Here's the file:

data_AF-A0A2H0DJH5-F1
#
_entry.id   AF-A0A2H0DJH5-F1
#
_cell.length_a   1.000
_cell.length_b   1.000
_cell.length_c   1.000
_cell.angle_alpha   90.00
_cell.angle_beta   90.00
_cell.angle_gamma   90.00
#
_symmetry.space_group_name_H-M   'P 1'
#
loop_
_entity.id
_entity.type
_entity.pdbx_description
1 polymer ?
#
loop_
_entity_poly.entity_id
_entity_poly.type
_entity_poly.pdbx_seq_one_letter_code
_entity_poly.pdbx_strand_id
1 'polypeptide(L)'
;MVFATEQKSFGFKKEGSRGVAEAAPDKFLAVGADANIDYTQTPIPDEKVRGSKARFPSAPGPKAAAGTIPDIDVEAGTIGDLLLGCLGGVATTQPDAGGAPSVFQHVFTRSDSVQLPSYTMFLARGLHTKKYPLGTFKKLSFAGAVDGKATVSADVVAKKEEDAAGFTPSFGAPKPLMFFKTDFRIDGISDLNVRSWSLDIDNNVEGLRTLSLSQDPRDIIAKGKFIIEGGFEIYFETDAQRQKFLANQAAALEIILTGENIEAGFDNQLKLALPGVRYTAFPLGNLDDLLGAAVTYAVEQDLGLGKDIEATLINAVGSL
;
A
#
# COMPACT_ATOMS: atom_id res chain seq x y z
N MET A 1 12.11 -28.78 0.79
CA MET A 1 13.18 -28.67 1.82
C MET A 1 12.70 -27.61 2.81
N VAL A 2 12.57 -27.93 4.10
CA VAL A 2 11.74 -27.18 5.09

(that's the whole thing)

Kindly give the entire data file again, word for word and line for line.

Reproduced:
data_AF-A0A2H0DJH5-F1
#
_entry.id   AF-A0A2H0DJH5-F1
#
_cell.length_a   1.000
_cell.length_b   1.000
_cell.length_c   1.000
_cell.angle_alpha   90.00
_cell.angle_beta   90.00
_cell.angle_gamma   90.00
#
_symmetry.space_group_name_H-M   'P 1'
#
loop_
_entity.id
_entity.type
_entity.pdbx_description
1 polymer ?
#
loop_
_entity_poly.entity_id
_entity_poly.type
_entity_poly.pdbx_seq_one_letter_code
_entity_poly.pdbx_strand_id
1 'polypeptide(L)'
;MVFATEQKSFGFKKEGSRGVAEAAPDKFLAVGADANIDYTQTPIPDEKVRGSKARFPSAPGPKAAAGTIPDIDVEAGTIGDLLLGCLGGVATTQPDAGGAPSVFQHVFTRSDSVQLPSYTMFLARGLHTKKYPLGTFKKLSFAGAVDGKATVSADVVAKKEEDAAGFTPSFGAPKPLMFFKTDFRIDGISDLNVRSWSLDIDNNVEGLRTLSLSQDPRDIIAKGKFIIEGGFEIYFETDAQRQKFLANQAAALEIILTGENIEAGFDNQLKLALPGVRYTAFPLGNLDDLLGAAVTYAVEQDLGLGKDIEATLINAVGSL
;
A
#
# COMPACT_ATOMS: atom_id res chain seq x y z
N MET A 1 12.11 -28.78 0.79
CA MET A 1 13.18 -28.67 1.82
C MET A 1 12.70 -27.61 2.81
N VAL A 2 12.57 -27.93 4.10
CA VAL A 2 11.74 -27.18 5.09